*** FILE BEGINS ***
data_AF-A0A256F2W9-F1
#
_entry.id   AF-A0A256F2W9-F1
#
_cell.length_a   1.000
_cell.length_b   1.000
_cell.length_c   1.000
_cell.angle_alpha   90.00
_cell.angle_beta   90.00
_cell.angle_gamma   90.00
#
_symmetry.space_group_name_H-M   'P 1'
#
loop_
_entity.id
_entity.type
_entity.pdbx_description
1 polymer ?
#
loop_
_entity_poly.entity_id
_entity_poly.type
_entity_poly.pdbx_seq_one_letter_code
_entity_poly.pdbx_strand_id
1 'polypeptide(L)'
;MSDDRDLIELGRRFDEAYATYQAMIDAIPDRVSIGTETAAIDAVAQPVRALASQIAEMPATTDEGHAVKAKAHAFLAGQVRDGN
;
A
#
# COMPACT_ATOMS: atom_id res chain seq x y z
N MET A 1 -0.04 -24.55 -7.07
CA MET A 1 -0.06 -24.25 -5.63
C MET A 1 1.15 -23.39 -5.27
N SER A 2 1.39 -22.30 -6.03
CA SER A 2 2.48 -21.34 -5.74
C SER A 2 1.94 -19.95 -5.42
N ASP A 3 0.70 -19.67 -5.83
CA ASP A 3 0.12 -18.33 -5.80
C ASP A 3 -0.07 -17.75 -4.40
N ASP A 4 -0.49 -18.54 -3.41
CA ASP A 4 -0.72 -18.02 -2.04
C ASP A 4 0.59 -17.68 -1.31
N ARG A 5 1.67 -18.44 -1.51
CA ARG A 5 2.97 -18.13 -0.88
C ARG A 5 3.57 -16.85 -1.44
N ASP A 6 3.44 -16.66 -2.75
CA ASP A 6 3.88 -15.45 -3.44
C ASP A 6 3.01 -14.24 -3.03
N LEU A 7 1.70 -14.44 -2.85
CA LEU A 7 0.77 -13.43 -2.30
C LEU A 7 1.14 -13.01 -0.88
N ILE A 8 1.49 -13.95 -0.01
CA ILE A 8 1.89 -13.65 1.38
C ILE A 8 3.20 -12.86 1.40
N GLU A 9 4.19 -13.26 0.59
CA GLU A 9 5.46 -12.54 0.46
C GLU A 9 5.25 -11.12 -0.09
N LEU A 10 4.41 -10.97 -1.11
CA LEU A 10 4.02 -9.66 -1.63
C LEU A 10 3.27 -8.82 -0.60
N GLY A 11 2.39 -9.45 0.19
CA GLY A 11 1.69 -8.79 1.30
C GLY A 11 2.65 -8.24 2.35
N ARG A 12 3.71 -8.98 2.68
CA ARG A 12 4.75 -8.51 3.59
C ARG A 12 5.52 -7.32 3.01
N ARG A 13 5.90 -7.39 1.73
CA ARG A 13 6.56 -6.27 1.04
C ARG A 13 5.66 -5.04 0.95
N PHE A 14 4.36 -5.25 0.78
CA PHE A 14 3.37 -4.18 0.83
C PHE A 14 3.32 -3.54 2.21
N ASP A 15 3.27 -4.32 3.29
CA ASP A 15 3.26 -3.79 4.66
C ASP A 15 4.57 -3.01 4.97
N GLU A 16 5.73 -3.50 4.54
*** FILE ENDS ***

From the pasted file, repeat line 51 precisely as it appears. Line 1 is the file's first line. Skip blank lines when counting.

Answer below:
C LEU A 7 1.14 -13.01 -0.88